45 years ago, people learned what had happened in My Lai

And all  earlier drafts of my book included a sort of big-picture retelling of those events, focusing on signature dissenters like Hugh Thompson and Ron Ridenhour. Now that I’ll be referring to those events ONLY in a leaner, character-based narrative, I wanted this blog to have this version, of which I am pretty proud. IContinue reading “45 years ago, people learned what had happened in My Lai”

On Memorial Day, remember these priests, poets, politicos and pranksters!

That’s how I’ve tended to characterize the huge, diverse and boisterous movement working to stop the U.S, war against Vietnam, 1963-1975. I should have written an essay here about them last month, for the anniversary of the 1975 evacuation of the U.S. Embassy in Saigon, but I could barely fit them in a chapter forContinue reading “On Memorial Day, remember these priests, poets, politicos and pranksters!”

News mix: a house of cards

As ever, my not-quite-daily roundup of items that caught my attention, and still might yours. In Winona, MN, a veteran artist enacts war’s suffering by lying on a bed of nails. 160 retired Israeli defense officials speak out against PM Netanyahu’s address today to the US Congress. The group reminds me a little of the Vietnam-eraContinue reading “News mix: a house of cards”

a 1968 whistleblower, for whom “official channels” didn’t work

Not that often I’m caught out by an obituary. And I can’t believe I never heard of Colonel Anthony B. Herbert: In August 1968, he joined the 173rd Airborne Brigade stationed in the central highlands of South Vietnam. It was there as commander of the Second Battalion of the 503rd Infantry, he said, that heContinue reading “a 1968 whistleblower, for whom “official channels” didn’t work”

the singer of the song

I’m in final revisions on the AMA book, so my focus here is shifting for the next five weeks or so; expect to see some musings on the book’s themes, and new stories getting inserted at the last minute. But I’m unlikely to be following the news quite so closely, and there will be silences.Continue reading “the singer of the song”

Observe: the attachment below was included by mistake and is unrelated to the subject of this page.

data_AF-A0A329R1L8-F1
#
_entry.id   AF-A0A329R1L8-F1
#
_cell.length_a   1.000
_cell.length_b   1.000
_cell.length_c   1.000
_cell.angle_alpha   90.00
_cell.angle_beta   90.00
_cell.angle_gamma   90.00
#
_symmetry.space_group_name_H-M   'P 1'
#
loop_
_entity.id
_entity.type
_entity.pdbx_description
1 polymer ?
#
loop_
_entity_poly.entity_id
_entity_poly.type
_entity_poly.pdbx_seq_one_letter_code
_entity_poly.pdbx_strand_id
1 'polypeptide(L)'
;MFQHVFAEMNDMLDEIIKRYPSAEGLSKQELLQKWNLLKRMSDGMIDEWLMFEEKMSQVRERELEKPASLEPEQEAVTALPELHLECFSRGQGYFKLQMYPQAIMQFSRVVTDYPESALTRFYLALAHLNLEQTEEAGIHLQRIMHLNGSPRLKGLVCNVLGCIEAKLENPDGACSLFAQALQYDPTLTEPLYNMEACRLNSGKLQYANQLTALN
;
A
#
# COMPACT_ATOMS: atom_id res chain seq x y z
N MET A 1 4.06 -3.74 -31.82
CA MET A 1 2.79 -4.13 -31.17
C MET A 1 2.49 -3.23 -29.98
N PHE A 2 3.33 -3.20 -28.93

Can you handle the truth? A guest post from Jane Fonda

The role of Jane Fonda in the Vietnam-era GI movement has always deeply intrigued me, but I had no idea she’d been turned anti-war after meeting deserters in Paris. The fuller story fascinates. I’ve long known the “Hanoi Jane” stuff was a smear job. Now, in “The Truth About My Trip to Hanoi,” which she explicitlyContinue reading “Can you handle the truth? A guest post from Jane Fonda”

How long does the pain last – forever?

I’m far from the only one to have shared that heartrending New York Times essay by Shannon Meehan, entitled “Constant Wars, Distant Ghosts.”  And perhaps as a result, veterans of all generations raised their voices and became this piece on “War and Conscience.” Some bits that hit the hardest: As a former World War IIContinue reading “How long does the pain last – forever?”

Leave no FNG behind: thoughts on Kelly Kennedy’s They Fought for Each Other 

I’ve hoped to grow up to be Kelly Kennedy ever since my friend, rockstar author Alia Malek, profiled the Military Times reporter for Columbia Journalism Review. I knew it was impossible, of course, as the very first line of Kennedy’s author bio makes clear: “Kelly Kennedy served as a soldier in Desert Storm and Mogadishu,Continue reading “Leave no FNG behind: thoughts on Kelly Kennedy’s They Fought for Each Other 

People who Died: Now Murtha, too (UPDATE Two)

Three obituaries inside a week or so: first the World War II-vet peers Howard Zinn and J.D. Salinger, only one of whom became a dissenter. Now Murtha, of the Vietnam generation but only a dissenter much later, who I sort of pre-eulogized last week when he went into hospital. Respect to CBS News for notContinue reading “People who Died: Now Murtha, too (UPDATE Two)”